11 February 2010

Thursday Resource: "I Heard What You Said, But That’s Not What I Thought You Meant!"

A guest post from Benjamin Hall, a community minister affiliated with Bell Street Chapel in Providence, Rhode Island:
Think about the last week or so of your life. First, remember the best moments. What was it that made them good? Notice any common thread between them. Next, think about the worst moments. Again, notice what it was that made these moments bad, and whether they have anything in common with one another.

OK, ready? I’m guessing that some of those high and low points had to do with relationships with other people, whether family, friends, sweetheart (past, present, or future), co-workers, classmates, or complete strangers. When you think about it, so much of our lives involve relating to other people.

In many cases, what separates the high points from the low points is communication: did you feel understood, or did the other person completely not get where you were coming from? Did you really hear what the other person or people were saying, or did you jump to a conclusion without checking it out fully?

It might sound like I’m talking about pretty basic ABCs of how to communicate with fellow members of the human race, but I’m not. I’m guessing that most people reading this, if not all of you, have highly developed skills of communication and interrelationship, and are able to read subtle signs in others. And yet, I’m guessing that practically all of us still have moments when we wonder, “What the hell just happened? How could something so simple have gone so wrong? What’s going on?”

And it’s more than just individual interactions, too; it’s whole relational patterns that seem to develop in your life over and over again, even when you’ve seen before that they don’t really pan out how you wish they would, and you’re good and ready to put them behind you forever. But they keep coming up.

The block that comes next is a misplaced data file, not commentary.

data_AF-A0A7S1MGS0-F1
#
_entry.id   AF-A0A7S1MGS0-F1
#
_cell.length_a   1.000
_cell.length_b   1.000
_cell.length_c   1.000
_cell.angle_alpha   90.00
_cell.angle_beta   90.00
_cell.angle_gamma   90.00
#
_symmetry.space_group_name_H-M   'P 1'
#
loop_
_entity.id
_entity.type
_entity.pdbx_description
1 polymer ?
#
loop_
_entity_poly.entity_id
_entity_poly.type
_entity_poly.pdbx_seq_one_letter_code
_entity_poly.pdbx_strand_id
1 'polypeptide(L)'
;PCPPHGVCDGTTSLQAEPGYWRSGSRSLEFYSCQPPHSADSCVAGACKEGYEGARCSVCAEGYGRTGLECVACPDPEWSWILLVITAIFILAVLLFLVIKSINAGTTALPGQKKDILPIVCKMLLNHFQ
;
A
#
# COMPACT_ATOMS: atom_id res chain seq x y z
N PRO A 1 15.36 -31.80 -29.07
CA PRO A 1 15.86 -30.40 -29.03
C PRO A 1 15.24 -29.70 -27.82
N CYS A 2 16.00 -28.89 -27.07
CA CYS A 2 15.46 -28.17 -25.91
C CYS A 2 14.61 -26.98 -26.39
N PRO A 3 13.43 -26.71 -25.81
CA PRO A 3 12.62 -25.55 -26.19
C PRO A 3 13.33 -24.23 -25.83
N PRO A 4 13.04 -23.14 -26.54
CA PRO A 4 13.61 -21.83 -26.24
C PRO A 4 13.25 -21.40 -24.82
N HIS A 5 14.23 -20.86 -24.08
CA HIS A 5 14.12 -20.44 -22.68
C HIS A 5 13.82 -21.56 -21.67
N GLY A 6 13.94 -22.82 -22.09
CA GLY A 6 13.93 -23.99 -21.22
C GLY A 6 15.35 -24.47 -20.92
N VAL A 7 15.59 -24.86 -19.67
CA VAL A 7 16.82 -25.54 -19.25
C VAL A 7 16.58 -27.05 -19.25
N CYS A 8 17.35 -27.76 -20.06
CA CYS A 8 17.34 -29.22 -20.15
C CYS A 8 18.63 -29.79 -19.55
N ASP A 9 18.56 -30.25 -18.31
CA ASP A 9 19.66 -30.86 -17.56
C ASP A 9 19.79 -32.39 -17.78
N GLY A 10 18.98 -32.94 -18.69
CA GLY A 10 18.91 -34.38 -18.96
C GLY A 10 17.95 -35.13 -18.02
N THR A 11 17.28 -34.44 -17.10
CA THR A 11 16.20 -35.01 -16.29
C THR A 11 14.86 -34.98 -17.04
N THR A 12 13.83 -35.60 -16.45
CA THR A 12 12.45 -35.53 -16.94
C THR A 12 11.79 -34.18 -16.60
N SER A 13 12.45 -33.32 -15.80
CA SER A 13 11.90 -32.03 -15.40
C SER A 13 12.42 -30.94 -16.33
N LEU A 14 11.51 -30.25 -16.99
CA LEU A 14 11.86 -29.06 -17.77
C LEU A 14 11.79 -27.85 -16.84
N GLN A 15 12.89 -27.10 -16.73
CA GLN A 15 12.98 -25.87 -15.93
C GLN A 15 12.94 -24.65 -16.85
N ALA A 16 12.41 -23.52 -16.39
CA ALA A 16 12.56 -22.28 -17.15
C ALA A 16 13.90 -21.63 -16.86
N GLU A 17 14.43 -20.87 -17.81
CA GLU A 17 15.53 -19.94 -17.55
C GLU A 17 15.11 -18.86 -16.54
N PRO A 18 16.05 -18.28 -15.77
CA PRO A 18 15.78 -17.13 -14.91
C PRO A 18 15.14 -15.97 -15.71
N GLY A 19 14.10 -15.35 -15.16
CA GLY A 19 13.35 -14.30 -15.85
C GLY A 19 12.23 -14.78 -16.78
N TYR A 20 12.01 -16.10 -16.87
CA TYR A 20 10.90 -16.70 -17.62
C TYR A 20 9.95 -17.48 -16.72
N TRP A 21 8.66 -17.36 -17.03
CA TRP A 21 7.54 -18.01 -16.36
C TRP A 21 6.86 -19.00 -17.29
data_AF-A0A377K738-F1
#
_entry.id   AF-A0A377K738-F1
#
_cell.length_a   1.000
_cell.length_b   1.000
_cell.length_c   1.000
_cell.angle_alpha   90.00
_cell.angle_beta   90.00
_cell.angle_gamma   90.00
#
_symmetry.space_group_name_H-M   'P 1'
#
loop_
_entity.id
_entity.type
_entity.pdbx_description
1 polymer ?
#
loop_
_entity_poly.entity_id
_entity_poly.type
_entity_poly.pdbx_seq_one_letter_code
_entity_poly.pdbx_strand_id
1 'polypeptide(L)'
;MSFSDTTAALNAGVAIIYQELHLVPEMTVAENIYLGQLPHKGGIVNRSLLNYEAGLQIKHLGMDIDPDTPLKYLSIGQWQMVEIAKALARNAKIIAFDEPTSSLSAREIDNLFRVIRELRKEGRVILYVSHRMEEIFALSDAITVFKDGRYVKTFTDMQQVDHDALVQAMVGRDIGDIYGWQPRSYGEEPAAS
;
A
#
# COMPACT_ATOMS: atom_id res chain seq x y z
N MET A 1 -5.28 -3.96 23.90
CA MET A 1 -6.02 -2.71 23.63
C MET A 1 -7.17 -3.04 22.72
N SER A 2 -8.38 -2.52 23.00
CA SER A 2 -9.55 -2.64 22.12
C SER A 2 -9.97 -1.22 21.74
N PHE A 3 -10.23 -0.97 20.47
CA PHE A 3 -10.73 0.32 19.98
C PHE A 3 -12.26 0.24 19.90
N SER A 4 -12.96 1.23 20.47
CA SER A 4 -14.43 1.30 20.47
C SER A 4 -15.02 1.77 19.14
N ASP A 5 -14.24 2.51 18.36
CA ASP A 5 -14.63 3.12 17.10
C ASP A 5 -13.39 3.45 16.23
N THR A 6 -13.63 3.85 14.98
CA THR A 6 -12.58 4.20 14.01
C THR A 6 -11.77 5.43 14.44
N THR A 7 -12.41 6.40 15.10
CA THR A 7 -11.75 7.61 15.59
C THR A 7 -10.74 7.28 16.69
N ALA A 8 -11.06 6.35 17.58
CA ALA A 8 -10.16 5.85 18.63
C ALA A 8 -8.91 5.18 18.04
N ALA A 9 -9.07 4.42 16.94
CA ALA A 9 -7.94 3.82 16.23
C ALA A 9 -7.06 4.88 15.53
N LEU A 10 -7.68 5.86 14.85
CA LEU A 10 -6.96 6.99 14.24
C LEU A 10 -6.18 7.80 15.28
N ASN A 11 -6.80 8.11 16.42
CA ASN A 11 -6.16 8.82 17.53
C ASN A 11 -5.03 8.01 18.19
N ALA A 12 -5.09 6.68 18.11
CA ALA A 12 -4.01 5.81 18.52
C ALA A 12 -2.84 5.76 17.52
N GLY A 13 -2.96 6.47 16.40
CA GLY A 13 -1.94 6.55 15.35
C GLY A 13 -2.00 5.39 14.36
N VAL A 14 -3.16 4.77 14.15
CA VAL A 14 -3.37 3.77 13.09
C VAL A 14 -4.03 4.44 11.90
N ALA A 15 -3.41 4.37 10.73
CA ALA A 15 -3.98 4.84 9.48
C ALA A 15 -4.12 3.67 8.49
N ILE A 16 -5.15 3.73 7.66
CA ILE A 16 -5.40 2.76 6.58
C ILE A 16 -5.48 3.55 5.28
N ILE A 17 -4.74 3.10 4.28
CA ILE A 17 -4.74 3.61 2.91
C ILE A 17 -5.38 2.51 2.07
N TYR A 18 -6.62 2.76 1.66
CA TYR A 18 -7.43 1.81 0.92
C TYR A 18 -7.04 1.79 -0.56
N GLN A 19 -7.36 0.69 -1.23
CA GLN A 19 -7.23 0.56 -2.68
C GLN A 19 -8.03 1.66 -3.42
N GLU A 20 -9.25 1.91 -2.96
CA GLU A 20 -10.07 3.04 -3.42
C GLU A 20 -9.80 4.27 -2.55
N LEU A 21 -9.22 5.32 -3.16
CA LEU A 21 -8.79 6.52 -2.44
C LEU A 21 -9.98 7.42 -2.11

No matter how smart or clever or brilliant or insightful you are, you can never quite see yourself as others see you. Not that you would want to model yourself after the expectations or perceptions of others, but because so much of your life and happiness depends upon your relationships (see above), it helps to know how others read you and how this affects their behavior toward you. In other words, other people can help you learn a lot about yourself!

But, if you think about it, how many settings are there, really, in which you can give and receive this kind of relational feedback?

Excuse me, Mary, but it sounds to me as though you are making some assumptions about who I am and what I’m thinking, and I’d prefer it if you’d just check those out with me first so we can be sure we’re really understanding one another” isn’t the kind of statement that most of us can imagine making (or responding to!) at an average party, dinner table, bus stop, cafe, or water cooler.

That’s where an intentional, supervised group can help: everyone’s in the same boat, and everyone’s there to learn and grow. Everybody deals with the awkwardness (though in very different ways), and everybody has the chance to develop ways to support others and ask for support themselves along the way.

It’s like a laboratory of relationships: it’s a controlled environment, so the stakes are relatively low (what’s the worst thing that could happen?), yet the potential benefits are extremely high (learning how to relate to others in ways that are more fulfilling and less disastrous).

People of any age, gender, ethnicity, life situation, and other demographical category can benefit from such a group. Some people prefer a diverse group, while others appreciate the support they find among peers with a shared perspective.

I am starting three Relational Learning Groups (in Providence), including one limited to young adults 18-25 years old.
The challenges faced by people at this time of life, including (or seen through) the central project of forging an identity separate from one’s family-of-origin (without necessarily departing from or rejecting it), give a lot of potency to having peers who “get it” firsthand. The other two groups--a general Relational Learning Group, and one for men only, might be of interest to those of you older than the 18-25 year old range.

I invite anyone to contact me to find out more about the groups, or for any other reason.

Ben can be reached at
bh (at) livebyheart (dot) com.

To comment, please click the "comments" speech bubble on the left.

blog comments powered by Disqus